• sam package: Packs the application and dependencies into a CloudFormation-compatible package that can be used for later deployment.
  • sam local invoke: Tests a function locally by triggering it with an event.
  • sam logs: Displays the logs for a given function.
  • sam validate: Checks the template for valid syntax and semantics.


Now that we have deployed our SAM stack, we want to test it via curl:

curl -X POST $APIGW_REST_ENDPOINT -H "Content-Type: application/json" -d '{"userId": "John", "description": "I have not been listening to decodify yet."}'
curl -X POST $APIGW_REST_ENDPOINT -H "Content-Type: application/json" -d '{"userId": "Maria", "description": "What is decodify?"}'

Both calls go straight through with HTTP 200 Success, very cool! 🔥

After that we can look at the content of our DynamoDB again:

aws dynamodb scan --table-name tickets

    "Items": [
            "description": {
                "S": "What is decodify?"
            "userId": {
                "S": "Maria"
            "ticketId": {
                "S": "3fe863f8-78d6-4447-9f44-9c3c443010df"
            "description": {
                "S": "I have not been listening to decodify yet."
            "userId": {
                "S": "John"
            "ticketId": {
                "S": "4425a3ad-463e-4666-bf6b-a272308979b9"
    "Count": 2,
    "ScannedCount": 2,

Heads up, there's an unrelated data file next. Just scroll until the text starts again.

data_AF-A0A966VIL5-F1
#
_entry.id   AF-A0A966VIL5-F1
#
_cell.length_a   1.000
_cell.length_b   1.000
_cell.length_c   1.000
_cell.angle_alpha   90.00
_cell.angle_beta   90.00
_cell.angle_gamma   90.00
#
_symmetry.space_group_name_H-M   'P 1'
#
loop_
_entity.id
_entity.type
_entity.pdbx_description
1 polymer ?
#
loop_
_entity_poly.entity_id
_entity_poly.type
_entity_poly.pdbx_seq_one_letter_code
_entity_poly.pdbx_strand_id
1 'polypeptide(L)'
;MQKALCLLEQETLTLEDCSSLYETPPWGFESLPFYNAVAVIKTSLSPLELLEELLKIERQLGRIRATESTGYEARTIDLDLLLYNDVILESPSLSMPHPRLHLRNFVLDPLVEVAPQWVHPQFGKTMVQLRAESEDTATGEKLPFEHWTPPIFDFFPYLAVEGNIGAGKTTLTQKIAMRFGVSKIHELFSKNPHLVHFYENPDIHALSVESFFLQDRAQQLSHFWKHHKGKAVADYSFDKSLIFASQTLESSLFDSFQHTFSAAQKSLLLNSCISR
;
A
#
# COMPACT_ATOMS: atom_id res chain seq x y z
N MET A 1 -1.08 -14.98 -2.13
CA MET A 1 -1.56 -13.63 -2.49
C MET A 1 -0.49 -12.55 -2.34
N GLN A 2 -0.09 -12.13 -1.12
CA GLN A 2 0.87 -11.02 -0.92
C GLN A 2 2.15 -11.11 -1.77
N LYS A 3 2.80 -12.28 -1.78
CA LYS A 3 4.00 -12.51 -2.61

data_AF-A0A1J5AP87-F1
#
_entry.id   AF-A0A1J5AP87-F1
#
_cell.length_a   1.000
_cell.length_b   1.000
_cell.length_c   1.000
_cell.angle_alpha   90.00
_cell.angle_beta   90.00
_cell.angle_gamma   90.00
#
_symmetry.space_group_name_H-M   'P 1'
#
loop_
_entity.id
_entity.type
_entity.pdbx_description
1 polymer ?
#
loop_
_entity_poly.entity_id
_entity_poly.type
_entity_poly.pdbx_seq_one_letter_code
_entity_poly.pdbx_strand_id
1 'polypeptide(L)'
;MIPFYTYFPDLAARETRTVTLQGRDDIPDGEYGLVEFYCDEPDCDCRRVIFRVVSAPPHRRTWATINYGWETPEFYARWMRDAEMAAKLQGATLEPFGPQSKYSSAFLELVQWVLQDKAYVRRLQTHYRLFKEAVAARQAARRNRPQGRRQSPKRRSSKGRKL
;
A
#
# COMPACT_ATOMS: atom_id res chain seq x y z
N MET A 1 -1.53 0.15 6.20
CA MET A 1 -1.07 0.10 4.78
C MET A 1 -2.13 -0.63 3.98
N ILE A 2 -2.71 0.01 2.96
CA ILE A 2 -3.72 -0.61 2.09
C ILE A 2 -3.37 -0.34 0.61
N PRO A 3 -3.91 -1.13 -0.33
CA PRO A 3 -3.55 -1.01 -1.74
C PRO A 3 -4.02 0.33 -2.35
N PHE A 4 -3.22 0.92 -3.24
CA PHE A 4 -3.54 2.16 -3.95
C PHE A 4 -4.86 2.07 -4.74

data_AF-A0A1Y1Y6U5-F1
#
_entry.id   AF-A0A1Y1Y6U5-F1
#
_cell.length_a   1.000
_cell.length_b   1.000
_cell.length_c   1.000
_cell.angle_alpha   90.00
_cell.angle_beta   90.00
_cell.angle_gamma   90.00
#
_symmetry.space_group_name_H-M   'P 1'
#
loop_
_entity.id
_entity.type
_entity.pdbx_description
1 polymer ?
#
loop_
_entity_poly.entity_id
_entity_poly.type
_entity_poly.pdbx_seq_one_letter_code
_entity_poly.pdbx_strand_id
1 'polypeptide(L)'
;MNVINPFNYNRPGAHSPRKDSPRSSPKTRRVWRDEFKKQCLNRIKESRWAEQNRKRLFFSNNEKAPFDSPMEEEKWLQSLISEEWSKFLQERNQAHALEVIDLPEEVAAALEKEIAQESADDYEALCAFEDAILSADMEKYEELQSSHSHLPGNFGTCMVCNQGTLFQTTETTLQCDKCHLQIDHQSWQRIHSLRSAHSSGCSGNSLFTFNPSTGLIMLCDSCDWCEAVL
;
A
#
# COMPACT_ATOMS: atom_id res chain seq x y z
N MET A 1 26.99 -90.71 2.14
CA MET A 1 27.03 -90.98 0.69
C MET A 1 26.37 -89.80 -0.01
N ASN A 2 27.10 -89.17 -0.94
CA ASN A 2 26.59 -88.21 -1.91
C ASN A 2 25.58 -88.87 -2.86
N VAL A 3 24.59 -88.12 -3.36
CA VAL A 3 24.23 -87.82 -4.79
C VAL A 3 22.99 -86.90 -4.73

"ConsumedCapacity": null

That’s it, we have successfully deployed and tested a Rest API with Lambda and DynamoDB via SAM.


sam delete --stack-name ticket-stack
aws s3 rb s3://b-nova-sam-example-bucket --force


SAM is currently the most widely used IaC tool on Serverless Land, with over 250 patterns.


  • Declarative approach
  • Simple syntax for defining serverless resources
  • Integrates seamlessly with AWS CloudFormation
  • Provides a local development environment for faster iteration.


  • Only supports AWS as a cloud platform
  • Local mocking required, not all services can be emulated locally.


Both IaC tools aim to achieve the same thing, deploy AWS resources easily and quickly. SAM specialises in serverless deployment, which makes it very easy to deploy a serverless application. The declarative approach also makes SAM a bit easier and more usable than CDK. Basically, however, the deployment is use-case dependent; if it is a serverless application, I would prefer SAM.

Now we have learned about the AWS Serverless Application Model (SAM) and how we can use it to deploy a REST API with Lambda and DynamoDB. In the next TechUp in the series, we’ll venture into the open source world, move away from vendor lock-in and take a closer look at the Serverless Framework. Stay tuned! 🔥

Tom Trapp

Tom Trapp – Problemlöser, Innovator, Sportler. Am liebsten feilt Tom den ganzen Tag an der moderner Software und legt viel Wert auf objektiv sauberen, leanen Code.